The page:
Blog Not California

American castles

July 13, 2021

I love castles. I mean, I would never live in one because ghosts, but I love the stillness of a centuries-old stone building, the scale, and the history that you can feel in your bones even if not much of it has ever been written down.

Anyway, America is great and everything but it doesn’t have any castles. Except it kind of does, you just have to know where to look. First, there’s Castello di Amorosa, which is an “authentically styled 13th-century Tuscan castle” in Napa Valley but getting in for a proper look costs like 1/3rd of what you’d pay for a whole day at Disneyland, though to be fair it comes with wine so, you know, whatever your priorities are. Also it was built in the 1990s so you won’t feel any of that “history in your bones” stuff. Still, wine.

Castello di Amorosa in Napa Valley, California. Built in the 1990s so as far as castles go, it’s kind of cheating.

The real American castles, though, are in the southwest at Mesa Verde National Park. It will forever be a mystery to me why Mesa Verde is one of the lesser-known national parks, because it’s got like 650 castles, which were built into cliff faces by the Pueblo people between 1200 and 1300 AD. Okay, so these structures don’t fit the classical definition of castles but they are absolutely astonishing, and definitely check the “stillness,” “scale,” and “history” boxes. Though not the “wine” box, sadly.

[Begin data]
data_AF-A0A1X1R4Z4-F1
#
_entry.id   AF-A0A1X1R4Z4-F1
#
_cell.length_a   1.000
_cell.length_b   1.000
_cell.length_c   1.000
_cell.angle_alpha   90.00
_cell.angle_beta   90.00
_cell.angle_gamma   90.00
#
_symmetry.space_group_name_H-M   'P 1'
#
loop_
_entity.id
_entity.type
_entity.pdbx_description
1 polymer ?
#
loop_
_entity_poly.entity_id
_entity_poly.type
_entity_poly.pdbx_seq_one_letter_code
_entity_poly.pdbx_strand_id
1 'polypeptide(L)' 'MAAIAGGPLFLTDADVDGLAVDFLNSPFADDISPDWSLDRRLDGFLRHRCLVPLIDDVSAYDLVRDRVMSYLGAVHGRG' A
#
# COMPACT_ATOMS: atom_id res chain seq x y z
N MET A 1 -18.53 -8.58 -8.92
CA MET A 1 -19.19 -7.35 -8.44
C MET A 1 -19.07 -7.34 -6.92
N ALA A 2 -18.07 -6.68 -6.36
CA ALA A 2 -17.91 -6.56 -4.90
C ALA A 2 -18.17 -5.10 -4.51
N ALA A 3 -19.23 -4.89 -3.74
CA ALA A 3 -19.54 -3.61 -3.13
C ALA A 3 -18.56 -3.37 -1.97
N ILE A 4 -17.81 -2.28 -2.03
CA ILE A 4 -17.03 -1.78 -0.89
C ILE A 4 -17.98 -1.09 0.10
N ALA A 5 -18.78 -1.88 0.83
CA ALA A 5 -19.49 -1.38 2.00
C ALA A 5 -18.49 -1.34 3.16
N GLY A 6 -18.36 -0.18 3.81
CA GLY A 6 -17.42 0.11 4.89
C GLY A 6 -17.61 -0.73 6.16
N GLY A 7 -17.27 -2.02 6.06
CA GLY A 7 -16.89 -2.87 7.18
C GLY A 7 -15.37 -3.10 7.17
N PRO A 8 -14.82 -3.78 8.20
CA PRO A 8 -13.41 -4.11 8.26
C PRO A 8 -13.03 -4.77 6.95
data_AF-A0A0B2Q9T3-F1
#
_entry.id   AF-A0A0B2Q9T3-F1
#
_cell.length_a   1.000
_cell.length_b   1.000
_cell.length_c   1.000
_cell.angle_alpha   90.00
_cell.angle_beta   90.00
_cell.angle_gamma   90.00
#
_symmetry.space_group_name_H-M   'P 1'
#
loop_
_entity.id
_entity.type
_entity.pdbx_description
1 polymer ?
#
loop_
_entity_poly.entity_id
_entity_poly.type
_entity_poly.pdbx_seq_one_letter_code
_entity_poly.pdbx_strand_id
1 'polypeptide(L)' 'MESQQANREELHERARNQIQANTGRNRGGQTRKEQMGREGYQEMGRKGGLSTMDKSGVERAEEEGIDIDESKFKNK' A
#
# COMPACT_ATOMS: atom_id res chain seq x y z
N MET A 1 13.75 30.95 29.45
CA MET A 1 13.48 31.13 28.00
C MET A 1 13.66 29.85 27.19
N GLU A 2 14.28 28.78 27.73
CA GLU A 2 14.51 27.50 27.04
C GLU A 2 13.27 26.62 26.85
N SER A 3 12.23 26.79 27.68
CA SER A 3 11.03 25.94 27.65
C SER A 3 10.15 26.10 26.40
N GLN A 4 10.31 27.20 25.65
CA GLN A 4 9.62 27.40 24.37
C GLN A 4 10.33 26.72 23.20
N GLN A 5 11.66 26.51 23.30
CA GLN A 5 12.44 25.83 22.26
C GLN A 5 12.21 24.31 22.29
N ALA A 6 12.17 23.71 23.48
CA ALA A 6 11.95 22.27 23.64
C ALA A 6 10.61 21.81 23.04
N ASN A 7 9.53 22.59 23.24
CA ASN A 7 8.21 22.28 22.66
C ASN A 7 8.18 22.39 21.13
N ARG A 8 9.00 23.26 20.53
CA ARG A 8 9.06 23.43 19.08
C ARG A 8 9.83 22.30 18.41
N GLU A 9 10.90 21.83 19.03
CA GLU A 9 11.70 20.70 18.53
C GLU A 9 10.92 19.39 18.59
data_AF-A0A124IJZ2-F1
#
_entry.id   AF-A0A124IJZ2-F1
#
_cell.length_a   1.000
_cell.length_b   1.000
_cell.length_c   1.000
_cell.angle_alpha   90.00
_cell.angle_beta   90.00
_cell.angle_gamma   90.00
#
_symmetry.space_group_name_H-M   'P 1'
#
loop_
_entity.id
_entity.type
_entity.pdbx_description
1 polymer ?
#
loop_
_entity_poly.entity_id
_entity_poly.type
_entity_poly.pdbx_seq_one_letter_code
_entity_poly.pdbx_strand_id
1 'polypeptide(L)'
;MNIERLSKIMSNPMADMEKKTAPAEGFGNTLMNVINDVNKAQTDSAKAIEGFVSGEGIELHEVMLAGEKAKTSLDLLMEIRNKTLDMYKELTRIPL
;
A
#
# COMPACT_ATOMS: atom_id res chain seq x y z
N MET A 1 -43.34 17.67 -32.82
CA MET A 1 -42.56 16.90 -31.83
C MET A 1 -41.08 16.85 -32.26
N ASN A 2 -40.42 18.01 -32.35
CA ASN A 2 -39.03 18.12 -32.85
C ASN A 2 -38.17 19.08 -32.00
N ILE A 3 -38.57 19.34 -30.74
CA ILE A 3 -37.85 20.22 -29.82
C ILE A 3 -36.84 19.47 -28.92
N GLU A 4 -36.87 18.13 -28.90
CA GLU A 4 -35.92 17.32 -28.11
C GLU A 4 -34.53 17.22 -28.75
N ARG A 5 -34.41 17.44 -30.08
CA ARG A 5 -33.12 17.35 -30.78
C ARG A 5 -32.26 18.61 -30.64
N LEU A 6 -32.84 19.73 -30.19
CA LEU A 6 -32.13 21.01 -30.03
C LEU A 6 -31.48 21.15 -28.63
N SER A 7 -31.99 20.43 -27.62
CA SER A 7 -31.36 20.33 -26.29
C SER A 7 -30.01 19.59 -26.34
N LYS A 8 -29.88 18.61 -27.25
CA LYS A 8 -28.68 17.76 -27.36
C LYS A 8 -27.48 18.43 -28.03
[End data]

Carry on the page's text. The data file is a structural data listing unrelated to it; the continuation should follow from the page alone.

The 1/2 mile hike down to the Step House, the only cliff dwelling you could see up close when we visited the park in June 2021.

Remarkably, most of the Mesa Verde cliff structures were built during a single century. The Pueblo people started living in these structures in the late 1190s and by 1300 the dwellings had all been abandoned.

The Step House in person

Cliff dwellings at Mesa Verde range from very small structures (possibly just used for storage) to 150 room palaces. Because the Pueblo people didn’t have a written language, no one is really sure why they moved away, but it was likely some combination of factors like drought, conflict with other tribes, or just because resources were becoming scarce.

Petroglyphs. Fortunately, David does not seem to know about this place.

You won’t find any Beefeaters in Mesa Verde, unless you put a roast beef sandwich in your backpack or something, and then I guess you’re sort of a beef eater. No suits of armor, crown jewels, or gallows either. Just stillness, scale, and history that you can feel in your bones.

This dude is a Beefeater, in case you had no idea what I was talking about just then. (Photo by CyberCop, Creative Commons Attribution 3.0 Unported license)

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